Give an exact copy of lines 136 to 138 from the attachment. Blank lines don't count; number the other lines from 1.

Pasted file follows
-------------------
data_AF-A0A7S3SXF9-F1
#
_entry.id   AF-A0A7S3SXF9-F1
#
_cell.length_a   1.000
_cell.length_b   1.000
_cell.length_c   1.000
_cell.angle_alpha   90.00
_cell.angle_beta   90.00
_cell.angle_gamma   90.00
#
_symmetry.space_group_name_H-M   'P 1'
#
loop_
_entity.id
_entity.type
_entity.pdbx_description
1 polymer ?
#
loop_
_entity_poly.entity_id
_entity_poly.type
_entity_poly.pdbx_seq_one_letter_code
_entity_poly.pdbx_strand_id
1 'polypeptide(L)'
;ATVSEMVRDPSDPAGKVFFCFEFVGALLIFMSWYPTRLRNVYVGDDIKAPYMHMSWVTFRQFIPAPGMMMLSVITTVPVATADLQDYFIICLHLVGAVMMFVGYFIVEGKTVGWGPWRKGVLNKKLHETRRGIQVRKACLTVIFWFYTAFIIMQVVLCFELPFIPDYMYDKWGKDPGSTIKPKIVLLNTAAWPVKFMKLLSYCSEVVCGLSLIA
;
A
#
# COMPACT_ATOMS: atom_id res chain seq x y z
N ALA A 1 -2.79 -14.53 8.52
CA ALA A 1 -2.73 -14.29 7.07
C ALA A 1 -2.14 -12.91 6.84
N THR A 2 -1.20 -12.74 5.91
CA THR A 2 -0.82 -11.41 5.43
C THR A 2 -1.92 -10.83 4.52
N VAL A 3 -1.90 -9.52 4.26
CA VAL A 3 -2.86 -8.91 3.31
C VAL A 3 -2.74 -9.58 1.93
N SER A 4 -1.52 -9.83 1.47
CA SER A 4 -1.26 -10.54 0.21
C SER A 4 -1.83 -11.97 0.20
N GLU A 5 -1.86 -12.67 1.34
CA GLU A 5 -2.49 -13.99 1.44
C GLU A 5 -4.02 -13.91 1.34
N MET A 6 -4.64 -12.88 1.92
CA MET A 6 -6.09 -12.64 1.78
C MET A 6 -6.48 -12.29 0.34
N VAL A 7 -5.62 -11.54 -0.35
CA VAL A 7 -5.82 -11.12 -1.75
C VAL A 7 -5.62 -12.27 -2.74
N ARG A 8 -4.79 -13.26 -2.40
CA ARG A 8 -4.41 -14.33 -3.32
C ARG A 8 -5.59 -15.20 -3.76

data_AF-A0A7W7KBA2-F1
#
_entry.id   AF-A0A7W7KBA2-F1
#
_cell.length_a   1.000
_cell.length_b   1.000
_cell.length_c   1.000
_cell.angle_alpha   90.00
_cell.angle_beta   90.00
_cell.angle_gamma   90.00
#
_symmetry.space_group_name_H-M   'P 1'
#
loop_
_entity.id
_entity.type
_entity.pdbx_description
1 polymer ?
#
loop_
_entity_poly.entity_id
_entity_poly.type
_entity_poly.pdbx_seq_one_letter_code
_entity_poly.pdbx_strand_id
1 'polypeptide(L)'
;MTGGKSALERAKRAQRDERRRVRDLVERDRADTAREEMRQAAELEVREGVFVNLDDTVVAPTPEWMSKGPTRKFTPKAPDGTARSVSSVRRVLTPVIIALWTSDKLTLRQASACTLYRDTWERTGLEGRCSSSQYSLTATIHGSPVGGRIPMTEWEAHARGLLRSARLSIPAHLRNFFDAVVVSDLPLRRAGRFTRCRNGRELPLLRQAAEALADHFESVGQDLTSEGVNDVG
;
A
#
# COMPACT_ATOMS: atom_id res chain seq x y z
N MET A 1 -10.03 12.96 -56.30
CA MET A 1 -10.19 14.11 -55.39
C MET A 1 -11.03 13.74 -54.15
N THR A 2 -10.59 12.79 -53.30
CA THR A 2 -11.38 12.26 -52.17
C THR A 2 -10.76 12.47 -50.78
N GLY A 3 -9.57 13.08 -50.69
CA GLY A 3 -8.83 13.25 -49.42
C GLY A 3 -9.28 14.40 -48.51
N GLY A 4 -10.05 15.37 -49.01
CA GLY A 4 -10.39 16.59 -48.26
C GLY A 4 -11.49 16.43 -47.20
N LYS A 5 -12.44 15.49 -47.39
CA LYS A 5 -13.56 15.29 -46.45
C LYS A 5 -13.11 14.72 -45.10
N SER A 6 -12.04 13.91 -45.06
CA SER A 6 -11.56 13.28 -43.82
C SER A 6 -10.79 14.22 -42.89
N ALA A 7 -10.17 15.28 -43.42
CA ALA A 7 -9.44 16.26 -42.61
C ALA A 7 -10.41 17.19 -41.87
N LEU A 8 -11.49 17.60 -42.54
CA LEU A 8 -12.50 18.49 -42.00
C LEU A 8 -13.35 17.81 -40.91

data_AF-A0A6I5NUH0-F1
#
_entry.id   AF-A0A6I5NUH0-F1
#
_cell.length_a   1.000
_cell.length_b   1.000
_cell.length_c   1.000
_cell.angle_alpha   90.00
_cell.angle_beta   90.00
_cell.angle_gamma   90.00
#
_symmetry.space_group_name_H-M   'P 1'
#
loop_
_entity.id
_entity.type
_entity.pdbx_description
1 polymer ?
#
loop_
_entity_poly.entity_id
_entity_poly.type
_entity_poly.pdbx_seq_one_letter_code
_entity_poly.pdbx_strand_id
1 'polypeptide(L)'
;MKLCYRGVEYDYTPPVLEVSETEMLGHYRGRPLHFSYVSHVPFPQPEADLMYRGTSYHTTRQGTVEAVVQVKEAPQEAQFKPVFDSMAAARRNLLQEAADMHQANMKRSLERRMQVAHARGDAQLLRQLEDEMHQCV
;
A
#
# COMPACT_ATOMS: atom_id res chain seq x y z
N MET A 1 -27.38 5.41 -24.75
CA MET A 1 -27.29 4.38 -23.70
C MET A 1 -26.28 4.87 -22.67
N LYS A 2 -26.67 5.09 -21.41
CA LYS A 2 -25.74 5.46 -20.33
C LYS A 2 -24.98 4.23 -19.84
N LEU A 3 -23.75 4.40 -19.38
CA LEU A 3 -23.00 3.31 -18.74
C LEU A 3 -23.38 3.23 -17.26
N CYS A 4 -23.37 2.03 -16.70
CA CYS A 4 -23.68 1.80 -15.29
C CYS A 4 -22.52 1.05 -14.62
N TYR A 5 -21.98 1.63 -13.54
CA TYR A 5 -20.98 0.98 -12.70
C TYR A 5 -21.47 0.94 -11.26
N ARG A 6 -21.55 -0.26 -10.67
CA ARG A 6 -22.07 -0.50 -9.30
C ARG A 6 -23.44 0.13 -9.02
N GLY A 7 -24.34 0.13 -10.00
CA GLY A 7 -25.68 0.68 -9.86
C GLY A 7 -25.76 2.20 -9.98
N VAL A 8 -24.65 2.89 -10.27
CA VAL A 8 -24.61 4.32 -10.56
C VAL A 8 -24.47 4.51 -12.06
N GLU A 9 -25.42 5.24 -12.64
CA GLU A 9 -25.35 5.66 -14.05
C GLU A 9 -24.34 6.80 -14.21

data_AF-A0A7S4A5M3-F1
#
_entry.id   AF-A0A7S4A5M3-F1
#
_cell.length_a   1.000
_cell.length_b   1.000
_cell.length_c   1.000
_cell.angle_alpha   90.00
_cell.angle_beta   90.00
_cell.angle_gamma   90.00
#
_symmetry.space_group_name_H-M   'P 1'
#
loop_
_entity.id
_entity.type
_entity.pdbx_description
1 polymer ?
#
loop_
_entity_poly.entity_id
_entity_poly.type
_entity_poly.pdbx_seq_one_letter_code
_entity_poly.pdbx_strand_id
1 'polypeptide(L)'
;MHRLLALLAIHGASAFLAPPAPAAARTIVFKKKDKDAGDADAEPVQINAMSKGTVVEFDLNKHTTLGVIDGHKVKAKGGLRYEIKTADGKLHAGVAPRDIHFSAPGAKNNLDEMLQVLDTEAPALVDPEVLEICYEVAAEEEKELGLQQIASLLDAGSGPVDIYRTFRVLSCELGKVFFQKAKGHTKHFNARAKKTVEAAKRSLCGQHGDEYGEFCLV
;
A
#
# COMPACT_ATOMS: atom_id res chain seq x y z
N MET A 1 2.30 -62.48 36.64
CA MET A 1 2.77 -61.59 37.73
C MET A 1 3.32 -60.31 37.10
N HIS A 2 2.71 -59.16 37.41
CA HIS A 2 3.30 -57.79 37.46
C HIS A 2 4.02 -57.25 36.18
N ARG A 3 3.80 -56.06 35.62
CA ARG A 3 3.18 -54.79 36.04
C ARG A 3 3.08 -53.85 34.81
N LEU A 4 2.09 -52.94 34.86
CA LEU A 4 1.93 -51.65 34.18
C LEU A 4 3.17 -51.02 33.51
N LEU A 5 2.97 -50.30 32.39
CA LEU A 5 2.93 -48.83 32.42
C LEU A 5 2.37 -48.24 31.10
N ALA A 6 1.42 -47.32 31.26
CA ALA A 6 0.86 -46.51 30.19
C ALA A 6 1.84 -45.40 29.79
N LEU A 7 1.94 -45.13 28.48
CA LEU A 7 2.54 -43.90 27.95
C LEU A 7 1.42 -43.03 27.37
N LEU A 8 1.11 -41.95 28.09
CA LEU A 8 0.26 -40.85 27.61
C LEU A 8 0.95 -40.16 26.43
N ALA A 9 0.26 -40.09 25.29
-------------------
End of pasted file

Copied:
A
#
# COMPACT_ATOMS: atom_id res chain seq x y z